23 Randi Buckley

I dare you to disengage.

Not yet.  Wait and kindly keep reading.

I dare you to disengage, to unplug, to remove yourself as the circuitry from a conversation, situation, a moment, a relationship, a thought… that is not one you want to be a part of.

Disengagement says “not like this”.  It’s a powerful thing to do.  Sometimes, it is the kindest and most compassionate thing for all involved.

I’m a big believer that we don’t have to show up to every argument we’re invited to- but so often we want to show up to plead our case, reason, take a stand, offer an olive branch- only to have it (repeatedly) used to try to poke us in the eye.

Disengagement can change the landscape to something better. It might offer an end to madness or a temporary breather while changing conditions and emotional states.  Thoughtful disengagement immediately takes the sting out of pain and suffering in a context that is not working; whether a big- deal, or more of an uncomfortable pebble-in-your-shoe situation.

Sometimes we perpetuate pain and suffering (our own and others’) under the guise of being responsible and doing the right thing. That burns.  But a fire only needs three things: heat (ignition), fuel, and oxygen.  There is no fire without fuel.  Disengagement redirects your energy to another possibility. Thoughtful disengagement might be enough to dampen a fire burning out of control or stop the burn completely.

A dare to disengage is not a cry to abandon, or an invitation to forego humanity.  It is a heartfelt invitation, in the right situation, to let your actions speak to who you are and what you are willing to be a part of.  It is an invitation to not let pain and suffering masquerade as trying to ‘do the right thing’.  It is removing yourself from circuitry that is faulty and redirecting your energy toward respect and love.

It might take more energy and courage to disengage than to let a fire burn or an electric current continue to flow, as there is so much energy that wants to be expended.  But it is wise to shut off the electricity before re-wiring.

A dare to disengage is an invitation to compassion, respect and a healthier way… for all involved.

Randi Buckley
Teacher and coach for truth, depth and wisdom for real life.  She takes women and partnerships from tricky to truth and icky to ease, with life’s hard questions and sticky situations.
www.randibuckley.com and Facebook

12 thoughts on “23

  1. Oh yes. Disengage. I feel like we forget this as an option to conflict. We must stay and fight, and be right, right? This is a tool I want my daughters to have. The ability to disengage. Thank you for the reminder Randi.

  2. This has made me forgive myself a little, actually…I am an expert disengager, and I have been accused of emotional unavailability, of being cold, calculating…my refusal to argue with someone has cost me relationships. So, I am looking for that space between “Your opinion is irrelevant to my experience” and “Your opinion matters so much to me I must change your mind to continue on.” :o)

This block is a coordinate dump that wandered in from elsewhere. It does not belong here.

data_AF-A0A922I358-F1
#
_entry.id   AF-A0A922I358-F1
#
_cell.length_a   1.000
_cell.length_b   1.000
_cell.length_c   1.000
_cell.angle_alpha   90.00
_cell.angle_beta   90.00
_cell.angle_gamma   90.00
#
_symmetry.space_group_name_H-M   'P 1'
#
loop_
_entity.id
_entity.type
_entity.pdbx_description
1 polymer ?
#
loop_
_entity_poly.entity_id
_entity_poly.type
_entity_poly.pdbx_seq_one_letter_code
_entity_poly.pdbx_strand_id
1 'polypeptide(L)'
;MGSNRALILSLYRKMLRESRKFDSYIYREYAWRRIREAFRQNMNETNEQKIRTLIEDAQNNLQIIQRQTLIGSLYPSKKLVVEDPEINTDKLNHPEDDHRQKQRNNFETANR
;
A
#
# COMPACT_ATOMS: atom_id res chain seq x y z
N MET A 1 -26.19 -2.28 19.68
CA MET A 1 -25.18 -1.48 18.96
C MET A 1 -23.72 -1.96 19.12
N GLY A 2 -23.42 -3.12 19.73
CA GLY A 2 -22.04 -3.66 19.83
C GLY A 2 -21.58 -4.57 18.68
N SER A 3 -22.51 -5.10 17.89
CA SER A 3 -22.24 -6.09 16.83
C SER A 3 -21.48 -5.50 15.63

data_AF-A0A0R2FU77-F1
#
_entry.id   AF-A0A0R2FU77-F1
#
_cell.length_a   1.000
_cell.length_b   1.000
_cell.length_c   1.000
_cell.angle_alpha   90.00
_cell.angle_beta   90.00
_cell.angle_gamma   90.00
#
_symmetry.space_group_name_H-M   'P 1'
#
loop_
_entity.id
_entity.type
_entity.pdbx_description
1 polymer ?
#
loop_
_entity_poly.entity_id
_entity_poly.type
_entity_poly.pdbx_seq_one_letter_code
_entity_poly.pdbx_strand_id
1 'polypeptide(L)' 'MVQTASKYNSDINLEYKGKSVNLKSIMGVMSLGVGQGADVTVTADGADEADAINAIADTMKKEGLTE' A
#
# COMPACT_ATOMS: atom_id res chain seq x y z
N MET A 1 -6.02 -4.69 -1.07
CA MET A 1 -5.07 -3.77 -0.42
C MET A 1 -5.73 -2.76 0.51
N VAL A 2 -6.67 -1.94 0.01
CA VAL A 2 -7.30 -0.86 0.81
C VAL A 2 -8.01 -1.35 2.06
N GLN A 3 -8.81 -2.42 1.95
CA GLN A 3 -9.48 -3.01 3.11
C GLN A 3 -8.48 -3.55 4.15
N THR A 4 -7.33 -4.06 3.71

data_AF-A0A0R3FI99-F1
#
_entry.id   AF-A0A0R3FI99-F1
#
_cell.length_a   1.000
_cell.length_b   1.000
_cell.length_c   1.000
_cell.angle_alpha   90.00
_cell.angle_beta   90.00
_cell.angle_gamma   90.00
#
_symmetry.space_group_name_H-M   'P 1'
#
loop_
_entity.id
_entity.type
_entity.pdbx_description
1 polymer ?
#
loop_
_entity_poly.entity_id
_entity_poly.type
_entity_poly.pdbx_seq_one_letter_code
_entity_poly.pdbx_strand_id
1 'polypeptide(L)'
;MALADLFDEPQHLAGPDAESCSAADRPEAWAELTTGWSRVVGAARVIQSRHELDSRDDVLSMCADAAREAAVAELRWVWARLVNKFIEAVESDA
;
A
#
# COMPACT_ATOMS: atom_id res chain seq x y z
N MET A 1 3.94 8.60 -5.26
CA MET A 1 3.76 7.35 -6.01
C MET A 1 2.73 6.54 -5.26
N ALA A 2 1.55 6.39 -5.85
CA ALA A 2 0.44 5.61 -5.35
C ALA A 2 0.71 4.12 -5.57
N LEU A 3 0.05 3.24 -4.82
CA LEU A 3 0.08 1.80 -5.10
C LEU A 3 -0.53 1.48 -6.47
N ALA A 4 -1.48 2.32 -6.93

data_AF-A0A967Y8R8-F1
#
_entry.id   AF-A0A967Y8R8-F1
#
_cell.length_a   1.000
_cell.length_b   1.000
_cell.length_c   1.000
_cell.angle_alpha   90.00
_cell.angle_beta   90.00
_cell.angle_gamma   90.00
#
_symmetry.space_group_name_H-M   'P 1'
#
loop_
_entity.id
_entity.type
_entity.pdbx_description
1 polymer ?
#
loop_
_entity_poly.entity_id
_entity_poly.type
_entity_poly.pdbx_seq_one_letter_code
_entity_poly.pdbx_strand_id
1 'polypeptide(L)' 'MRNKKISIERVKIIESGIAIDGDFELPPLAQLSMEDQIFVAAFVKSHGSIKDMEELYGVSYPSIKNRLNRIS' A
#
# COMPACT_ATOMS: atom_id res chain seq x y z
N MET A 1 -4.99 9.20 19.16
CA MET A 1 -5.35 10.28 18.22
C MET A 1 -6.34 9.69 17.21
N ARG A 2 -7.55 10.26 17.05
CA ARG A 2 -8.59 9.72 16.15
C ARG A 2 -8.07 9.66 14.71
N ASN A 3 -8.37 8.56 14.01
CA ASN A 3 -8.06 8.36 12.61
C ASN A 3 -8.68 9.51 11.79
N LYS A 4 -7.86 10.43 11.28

3. I really need to disengage. I get total disengagement when I go out of town, I am doing that Tuesday. Really, really need it. Thanks for a nice post!

  4. Ohhh LOVE this Randi! Not just this post but I was pulled to go look at the 30 day list. I’m going to print it and do one each day! I agree to disengage sometimes takes more energy initially. That is because it takes an action and action takes energy. And, I’ve found it can be very worth it to disengage. Thanks and I look forward to reading the other posts.

  5. I have actually been experimenting with this in my own life too recently. I feel it’s important to disengage responsibly as you suggest – not to avoid conflict, but rather a conscious decision to simply let go.

  6. I met with my friend and accountability partner, Claudia Olivie this morning and she told me about you so I popped over to see what’s going on and I just have to tell you what a great post this is. Having gone through a situation that required disengagement for various reasons, I know this is so true. There is no resolution other than disengagement sometimes. No matter how much your ego screams at you, the peace that comes from letting go is the greatest gift we can give ourselves. Thanks for the post and I am sure I will be back!

  7. I totally agree and I’m an advocate for disengaging when it comes to conflict situations.
    Disengaging means to let go, no matter how much our ego stomps its little feet and wants to be right, and be heard and win the argument.
    Disengaging means to be stronger than our egos. That’s always a good thing 🙂

  8. EVERY blinkety-blink (I’m being polite and not using potty-mouth words here) time I read a post of Randi Buckley’s I gasp – EVERY time!

    This went right to my heart and kind of wrapped it in a mantle of sweetness. Sweetness with its feet on the ground, not pie-in-the-sky. I am holding these words close (as well as chuckling over the humor) – and plan to immediately work some disengaging (with love) magic!

    Thank you Randi for the brilliance, and thank you Lissa for creating “I dare you to…”

    • You are SO kind, Karen. Thank you! I’m glad you see the humor in it too. Sometimes even just seeing that in a situation can change the situation. Good luck with your unplugging from that which is not doing it for you!

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